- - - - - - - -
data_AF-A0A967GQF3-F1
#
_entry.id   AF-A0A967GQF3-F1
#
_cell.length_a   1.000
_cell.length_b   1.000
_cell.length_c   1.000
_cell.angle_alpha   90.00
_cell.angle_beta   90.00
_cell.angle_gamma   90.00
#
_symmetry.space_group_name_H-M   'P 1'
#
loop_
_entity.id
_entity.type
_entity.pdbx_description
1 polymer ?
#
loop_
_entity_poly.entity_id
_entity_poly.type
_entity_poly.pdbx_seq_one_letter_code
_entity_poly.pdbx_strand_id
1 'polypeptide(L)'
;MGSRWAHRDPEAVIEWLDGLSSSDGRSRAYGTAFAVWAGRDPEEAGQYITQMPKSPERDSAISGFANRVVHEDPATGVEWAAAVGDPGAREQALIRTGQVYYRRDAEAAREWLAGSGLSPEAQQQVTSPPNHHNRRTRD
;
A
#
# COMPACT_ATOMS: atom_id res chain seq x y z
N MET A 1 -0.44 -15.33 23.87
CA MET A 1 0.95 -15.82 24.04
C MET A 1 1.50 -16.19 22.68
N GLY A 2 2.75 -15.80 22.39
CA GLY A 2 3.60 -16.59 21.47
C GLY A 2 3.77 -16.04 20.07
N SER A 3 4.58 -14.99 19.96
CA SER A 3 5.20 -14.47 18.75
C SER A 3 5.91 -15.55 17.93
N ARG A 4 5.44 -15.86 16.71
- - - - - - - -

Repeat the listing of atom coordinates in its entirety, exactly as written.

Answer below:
data_AF-A0A967GQF3-F1
#
_entry.id   AF-A0A967GQF3-F1
#
_cell.length_a   1.000
_cell.length_b   1.000
_cell.length_c   1.000
_cell.angle_alpha   90.00
_cell.angle_beta   90.00
_cell.angle_gamma   90.00
#
_symmetry.space_group_name_H-M   'P 1'
#
loop_
_entity.id
_entity.type
_entity.pdbx_description
1 polymer ?
#
loop_
_entity_poly.entity_id
_entity_poly.type
_entity_poly.pdbx_seq_one_letter_code
_entity_poly.pdbx_strand_id
1 'polypeptide(L)'
;MGSRWAHRDPEAVIEWLDGLSSSDGRSRAYGTAFAVWAGRDPEEAGQYITQMPKSPERDSAISGFANRVVHEDPATGVEWAAAVGDPGAREQALIRTGQVYYRRDAEAAREWLAGSGLSPEAQQQVTSPPNHHNRRTRD
;
A
#
# COMPACT_ATOMS: atom_id res chain seq x y z
N MET A 1 -0.44 -15.33 23.87
CA MET A 1 0.95 -15.82 24.04
C MET A 1 1.50 -16.19 22.68
N GLY A 2 2.75 -15.80 22.39
CA GLY A 2 3.60 -16.59 21.47
C GLY A 2 3.77 -16.04 20.07
N SER A 3 4.58 -14.99 19.96
CA SER A 3 5.20 -14.47 18.75
C SER A 3 5.91 -15.55 17.93
N ARG A 4 5.44 -15.86 16.71